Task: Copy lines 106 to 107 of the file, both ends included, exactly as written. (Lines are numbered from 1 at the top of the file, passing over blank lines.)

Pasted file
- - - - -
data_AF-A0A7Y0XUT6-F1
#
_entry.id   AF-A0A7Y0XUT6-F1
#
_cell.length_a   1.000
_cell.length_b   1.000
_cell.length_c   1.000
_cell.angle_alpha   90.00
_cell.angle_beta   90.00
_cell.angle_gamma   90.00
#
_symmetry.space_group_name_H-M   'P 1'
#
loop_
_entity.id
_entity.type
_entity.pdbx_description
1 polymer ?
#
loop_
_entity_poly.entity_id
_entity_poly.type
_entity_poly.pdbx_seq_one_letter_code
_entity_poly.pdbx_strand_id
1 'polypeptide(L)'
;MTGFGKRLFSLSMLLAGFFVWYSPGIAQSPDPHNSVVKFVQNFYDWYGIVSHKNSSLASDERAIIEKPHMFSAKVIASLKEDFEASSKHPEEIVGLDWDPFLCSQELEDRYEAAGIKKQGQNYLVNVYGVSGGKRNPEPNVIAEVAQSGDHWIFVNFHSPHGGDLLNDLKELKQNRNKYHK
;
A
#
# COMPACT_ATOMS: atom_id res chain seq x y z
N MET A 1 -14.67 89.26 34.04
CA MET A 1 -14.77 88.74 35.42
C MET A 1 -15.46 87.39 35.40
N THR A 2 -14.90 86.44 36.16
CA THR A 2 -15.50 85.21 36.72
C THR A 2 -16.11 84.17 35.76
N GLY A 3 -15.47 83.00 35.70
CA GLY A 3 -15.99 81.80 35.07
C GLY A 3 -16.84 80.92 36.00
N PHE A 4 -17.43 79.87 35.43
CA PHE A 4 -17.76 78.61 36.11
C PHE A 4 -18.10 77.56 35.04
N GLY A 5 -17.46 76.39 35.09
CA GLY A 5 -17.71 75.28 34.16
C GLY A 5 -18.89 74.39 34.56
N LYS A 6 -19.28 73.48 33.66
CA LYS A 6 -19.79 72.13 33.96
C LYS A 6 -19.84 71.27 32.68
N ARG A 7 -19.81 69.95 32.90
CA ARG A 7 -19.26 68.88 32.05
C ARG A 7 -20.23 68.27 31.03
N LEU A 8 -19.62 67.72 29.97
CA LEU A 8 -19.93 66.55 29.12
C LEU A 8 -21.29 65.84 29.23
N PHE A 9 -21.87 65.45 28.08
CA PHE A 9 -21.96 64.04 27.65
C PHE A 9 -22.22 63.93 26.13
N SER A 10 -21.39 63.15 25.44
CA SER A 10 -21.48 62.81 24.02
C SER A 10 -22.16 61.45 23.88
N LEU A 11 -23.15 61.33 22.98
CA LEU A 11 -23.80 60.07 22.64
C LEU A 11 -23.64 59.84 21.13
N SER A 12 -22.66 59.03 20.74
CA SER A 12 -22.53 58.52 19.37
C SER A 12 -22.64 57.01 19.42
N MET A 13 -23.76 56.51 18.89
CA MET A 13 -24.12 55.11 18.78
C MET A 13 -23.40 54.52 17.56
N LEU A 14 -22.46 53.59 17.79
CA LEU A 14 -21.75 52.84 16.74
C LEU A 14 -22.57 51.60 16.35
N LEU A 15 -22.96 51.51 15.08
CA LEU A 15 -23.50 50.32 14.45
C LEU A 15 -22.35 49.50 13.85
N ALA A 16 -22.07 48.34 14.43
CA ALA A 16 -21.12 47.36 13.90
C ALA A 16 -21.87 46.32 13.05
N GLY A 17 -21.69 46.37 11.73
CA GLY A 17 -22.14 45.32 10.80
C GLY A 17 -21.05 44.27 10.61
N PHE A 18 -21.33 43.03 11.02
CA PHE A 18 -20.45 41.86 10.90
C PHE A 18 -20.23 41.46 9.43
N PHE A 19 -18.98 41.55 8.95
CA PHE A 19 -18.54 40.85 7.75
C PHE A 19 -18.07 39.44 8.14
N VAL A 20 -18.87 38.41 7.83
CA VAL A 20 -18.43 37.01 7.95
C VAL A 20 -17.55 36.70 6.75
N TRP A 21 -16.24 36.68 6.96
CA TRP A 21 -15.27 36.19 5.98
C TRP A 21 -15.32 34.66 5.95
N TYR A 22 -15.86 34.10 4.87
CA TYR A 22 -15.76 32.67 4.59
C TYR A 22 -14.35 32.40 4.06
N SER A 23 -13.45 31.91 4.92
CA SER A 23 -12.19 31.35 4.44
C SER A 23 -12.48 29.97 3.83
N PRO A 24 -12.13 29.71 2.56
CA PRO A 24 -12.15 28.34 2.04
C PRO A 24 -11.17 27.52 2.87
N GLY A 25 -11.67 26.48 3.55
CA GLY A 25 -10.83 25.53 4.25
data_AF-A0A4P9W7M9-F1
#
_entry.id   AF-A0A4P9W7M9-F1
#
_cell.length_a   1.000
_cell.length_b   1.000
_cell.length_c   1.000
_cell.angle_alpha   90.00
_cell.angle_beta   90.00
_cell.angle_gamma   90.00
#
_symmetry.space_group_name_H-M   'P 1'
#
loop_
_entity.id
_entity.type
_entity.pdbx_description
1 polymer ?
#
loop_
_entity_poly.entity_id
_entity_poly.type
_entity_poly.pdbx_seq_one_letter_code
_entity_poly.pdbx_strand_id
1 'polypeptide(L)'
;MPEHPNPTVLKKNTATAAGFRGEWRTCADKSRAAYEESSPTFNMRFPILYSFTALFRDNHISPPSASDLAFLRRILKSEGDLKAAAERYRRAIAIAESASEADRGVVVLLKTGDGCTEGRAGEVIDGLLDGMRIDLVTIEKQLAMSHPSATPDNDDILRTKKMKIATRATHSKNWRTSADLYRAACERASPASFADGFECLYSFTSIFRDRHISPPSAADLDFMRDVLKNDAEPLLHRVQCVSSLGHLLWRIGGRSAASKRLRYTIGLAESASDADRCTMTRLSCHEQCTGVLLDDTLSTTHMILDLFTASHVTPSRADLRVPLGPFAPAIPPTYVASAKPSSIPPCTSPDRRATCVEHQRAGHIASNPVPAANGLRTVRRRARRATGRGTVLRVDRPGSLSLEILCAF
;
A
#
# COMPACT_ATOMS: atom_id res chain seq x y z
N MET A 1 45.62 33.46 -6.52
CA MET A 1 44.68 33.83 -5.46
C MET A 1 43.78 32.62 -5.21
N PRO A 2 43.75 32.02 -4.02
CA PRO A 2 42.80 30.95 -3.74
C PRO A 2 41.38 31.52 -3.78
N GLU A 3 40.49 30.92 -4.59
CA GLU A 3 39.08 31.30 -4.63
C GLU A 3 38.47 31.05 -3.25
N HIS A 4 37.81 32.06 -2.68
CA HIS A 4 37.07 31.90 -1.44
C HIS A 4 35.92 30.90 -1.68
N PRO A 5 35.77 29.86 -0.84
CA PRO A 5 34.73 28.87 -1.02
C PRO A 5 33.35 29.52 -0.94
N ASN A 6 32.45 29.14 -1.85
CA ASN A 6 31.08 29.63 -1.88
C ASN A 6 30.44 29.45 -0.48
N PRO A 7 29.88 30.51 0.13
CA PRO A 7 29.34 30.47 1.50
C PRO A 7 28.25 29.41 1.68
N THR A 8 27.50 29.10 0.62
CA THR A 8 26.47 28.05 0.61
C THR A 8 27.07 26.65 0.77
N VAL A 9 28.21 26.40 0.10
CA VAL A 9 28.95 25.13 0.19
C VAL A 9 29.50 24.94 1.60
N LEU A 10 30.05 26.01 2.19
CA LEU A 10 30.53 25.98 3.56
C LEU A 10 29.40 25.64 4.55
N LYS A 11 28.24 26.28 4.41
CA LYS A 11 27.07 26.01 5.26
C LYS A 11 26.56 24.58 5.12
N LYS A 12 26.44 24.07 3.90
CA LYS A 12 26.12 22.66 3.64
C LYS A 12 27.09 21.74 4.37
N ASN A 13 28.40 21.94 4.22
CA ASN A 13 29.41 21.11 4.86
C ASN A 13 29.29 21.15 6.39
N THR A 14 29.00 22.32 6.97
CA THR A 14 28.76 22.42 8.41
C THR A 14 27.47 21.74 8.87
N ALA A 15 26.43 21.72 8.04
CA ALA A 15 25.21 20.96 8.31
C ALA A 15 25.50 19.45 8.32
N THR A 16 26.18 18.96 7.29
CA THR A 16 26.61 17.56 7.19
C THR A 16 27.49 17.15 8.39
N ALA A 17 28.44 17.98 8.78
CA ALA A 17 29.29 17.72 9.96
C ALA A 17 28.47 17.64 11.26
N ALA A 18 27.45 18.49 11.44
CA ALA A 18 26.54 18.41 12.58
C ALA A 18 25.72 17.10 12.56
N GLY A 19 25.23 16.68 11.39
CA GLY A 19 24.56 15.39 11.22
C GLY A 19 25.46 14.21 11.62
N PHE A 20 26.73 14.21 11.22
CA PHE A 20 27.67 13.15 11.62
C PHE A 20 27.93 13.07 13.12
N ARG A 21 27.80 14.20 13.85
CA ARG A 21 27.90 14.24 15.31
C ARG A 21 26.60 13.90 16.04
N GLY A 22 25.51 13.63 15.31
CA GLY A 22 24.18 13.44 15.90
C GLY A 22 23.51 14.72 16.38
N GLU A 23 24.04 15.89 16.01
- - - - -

#
_entry.id   AF-A0A4P9W7M9-F1